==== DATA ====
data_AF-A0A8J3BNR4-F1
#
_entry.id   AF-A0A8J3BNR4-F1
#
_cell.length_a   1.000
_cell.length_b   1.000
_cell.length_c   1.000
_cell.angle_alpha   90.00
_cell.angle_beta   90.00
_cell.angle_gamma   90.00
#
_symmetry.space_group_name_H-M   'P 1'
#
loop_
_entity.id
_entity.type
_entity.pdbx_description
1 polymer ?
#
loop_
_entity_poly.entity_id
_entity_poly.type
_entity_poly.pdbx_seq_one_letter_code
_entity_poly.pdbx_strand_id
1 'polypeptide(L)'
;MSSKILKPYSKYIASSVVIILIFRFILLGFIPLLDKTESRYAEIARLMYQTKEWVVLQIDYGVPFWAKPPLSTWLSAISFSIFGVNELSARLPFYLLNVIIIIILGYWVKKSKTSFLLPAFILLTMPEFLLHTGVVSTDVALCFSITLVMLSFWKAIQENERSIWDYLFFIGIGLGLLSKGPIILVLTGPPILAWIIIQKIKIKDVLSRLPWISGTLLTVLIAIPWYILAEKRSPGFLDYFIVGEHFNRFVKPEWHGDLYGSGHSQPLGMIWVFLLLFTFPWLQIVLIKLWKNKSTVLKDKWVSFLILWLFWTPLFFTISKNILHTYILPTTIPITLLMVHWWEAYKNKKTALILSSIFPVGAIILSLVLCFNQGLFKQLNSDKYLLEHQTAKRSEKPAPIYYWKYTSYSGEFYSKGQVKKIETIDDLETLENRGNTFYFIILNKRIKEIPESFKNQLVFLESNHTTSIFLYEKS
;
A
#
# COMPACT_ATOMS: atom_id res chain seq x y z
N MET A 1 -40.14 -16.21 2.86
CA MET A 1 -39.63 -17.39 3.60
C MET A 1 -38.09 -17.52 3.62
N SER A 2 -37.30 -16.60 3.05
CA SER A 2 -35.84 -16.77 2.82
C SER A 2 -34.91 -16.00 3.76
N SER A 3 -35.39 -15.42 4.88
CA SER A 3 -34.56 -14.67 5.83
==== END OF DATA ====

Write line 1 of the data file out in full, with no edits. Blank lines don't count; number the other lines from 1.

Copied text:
data_AF-A0A8J3BNR4-F1